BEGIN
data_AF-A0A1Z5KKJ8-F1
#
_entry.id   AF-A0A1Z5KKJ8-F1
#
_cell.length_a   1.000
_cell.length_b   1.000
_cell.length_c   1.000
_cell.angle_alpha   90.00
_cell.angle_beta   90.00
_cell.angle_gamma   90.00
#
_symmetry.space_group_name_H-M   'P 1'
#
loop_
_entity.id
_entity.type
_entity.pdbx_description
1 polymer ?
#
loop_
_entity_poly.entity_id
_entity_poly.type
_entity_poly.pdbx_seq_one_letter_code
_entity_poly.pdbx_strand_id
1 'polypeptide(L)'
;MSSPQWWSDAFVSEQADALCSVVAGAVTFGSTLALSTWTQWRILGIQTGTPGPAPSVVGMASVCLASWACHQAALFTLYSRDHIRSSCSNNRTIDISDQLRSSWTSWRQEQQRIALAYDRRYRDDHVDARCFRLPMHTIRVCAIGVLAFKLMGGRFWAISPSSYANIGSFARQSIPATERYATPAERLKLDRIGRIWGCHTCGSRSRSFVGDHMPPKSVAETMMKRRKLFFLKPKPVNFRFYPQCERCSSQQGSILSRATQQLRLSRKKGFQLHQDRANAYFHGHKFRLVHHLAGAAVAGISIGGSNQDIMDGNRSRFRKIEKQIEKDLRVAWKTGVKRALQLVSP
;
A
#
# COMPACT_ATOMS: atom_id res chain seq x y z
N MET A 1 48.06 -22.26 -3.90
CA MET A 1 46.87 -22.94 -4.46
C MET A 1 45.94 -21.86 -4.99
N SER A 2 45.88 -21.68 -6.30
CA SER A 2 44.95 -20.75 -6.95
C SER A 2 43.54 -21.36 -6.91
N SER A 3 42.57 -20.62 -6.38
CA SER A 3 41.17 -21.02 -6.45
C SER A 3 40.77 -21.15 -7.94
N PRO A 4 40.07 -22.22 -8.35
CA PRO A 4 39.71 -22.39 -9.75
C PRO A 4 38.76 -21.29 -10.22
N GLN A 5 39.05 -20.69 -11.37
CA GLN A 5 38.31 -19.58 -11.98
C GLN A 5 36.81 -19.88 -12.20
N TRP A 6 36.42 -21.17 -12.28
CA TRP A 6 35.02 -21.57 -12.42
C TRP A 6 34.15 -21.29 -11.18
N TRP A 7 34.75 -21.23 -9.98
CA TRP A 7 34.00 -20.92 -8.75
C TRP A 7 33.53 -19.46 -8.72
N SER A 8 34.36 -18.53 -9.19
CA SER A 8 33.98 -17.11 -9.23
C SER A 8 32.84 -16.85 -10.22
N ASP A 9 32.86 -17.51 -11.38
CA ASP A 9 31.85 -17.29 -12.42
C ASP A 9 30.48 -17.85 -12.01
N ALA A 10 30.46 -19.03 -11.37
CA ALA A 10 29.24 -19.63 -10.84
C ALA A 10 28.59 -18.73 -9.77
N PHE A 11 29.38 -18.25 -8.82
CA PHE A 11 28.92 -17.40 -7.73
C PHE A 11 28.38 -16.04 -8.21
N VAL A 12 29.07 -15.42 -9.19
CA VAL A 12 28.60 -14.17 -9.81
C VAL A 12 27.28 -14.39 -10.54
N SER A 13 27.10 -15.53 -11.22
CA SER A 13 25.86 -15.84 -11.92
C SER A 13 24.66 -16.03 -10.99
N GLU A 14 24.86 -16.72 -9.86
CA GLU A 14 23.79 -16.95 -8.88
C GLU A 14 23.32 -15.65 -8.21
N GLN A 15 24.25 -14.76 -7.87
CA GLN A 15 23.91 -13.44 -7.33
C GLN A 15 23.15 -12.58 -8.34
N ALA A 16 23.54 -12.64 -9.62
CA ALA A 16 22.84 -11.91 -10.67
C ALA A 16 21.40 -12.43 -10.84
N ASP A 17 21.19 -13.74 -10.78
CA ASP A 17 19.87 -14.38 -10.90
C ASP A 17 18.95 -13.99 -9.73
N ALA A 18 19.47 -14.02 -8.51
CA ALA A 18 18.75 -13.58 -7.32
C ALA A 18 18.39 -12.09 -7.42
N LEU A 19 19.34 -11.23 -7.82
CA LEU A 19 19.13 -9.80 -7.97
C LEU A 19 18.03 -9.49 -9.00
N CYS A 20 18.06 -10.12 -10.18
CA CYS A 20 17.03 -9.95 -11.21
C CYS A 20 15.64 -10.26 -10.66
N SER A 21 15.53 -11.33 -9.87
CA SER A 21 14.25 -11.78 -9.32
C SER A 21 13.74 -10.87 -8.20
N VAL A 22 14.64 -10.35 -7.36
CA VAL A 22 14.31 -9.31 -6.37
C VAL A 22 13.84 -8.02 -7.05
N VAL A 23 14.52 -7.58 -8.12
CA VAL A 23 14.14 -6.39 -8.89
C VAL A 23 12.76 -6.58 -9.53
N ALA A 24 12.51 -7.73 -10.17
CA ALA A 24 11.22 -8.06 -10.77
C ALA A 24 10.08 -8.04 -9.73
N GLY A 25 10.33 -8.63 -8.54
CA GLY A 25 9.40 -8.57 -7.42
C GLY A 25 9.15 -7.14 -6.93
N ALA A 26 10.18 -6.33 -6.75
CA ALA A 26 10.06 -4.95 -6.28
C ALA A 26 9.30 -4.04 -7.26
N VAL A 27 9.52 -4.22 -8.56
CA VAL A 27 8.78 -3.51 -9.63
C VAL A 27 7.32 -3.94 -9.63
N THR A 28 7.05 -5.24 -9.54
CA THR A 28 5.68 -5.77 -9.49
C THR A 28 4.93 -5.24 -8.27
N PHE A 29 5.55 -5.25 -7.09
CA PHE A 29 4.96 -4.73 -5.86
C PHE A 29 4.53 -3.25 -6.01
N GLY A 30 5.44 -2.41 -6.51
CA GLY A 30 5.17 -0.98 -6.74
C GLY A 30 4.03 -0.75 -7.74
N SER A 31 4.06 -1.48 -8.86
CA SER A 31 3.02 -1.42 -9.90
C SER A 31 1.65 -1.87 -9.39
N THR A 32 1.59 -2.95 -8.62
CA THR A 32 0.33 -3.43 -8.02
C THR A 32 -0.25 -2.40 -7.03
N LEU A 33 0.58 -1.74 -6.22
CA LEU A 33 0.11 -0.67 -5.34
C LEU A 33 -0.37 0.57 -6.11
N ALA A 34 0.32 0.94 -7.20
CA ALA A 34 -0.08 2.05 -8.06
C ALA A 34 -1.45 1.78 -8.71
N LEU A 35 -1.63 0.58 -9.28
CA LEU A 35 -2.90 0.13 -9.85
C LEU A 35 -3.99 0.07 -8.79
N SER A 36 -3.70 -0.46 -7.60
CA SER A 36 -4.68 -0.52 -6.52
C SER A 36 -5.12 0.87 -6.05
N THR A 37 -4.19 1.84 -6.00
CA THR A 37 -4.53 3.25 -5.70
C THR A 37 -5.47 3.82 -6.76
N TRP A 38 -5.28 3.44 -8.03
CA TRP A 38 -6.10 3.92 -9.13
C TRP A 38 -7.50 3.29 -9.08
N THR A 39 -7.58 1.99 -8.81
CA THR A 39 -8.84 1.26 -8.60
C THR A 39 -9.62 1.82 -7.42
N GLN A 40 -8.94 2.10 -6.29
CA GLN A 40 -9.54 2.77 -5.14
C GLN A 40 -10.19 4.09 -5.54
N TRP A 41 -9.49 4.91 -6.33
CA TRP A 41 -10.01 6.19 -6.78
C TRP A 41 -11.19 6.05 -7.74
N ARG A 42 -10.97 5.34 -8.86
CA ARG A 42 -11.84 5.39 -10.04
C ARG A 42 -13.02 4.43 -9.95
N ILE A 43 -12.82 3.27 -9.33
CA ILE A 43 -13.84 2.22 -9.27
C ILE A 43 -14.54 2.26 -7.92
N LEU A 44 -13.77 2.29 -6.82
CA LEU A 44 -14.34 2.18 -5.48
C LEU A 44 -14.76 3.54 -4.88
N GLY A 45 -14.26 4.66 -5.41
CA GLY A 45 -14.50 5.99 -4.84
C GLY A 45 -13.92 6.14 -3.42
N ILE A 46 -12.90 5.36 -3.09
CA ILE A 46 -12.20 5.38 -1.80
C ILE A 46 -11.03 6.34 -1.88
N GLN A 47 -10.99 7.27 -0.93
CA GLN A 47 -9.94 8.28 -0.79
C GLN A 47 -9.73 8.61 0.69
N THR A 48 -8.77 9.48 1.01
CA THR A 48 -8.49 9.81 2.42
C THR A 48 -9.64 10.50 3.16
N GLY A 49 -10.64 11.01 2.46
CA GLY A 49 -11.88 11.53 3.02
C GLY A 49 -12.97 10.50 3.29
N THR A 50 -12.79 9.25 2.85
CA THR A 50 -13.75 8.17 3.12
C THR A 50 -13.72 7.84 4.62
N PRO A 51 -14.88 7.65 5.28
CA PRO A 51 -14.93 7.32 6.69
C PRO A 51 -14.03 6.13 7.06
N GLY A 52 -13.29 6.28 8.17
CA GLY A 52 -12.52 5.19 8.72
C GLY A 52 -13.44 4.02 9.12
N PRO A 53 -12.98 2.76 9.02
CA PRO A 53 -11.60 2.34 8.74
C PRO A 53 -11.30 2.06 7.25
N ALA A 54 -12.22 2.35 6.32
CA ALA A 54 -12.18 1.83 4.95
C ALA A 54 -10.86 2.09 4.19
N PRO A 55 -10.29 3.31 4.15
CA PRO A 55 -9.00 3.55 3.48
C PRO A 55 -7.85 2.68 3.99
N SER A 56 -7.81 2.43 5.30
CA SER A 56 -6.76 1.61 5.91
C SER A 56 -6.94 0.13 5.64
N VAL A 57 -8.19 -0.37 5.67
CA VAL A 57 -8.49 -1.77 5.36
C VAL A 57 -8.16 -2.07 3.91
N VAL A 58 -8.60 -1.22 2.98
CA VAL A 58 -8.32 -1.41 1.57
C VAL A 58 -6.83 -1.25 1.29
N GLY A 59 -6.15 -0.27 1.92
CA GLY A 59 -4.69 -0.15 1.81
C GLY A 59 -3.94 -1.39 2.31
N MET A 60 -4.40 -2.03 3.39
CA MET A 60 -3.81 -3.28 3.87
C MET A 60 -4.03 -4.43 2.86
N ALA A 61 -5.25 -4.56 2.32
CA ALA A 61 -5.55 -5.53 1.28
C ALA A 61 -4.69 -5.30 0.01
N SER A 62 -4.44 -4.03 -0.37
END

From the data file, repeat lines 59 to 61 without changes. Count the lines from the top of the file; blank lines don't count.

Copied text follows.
CA ALA A 10 29.24 -19.63 -10.84
C ALA A 10 28.59 -18.73 -9.77
N PHE A 11 29.38 -18.25 -8.82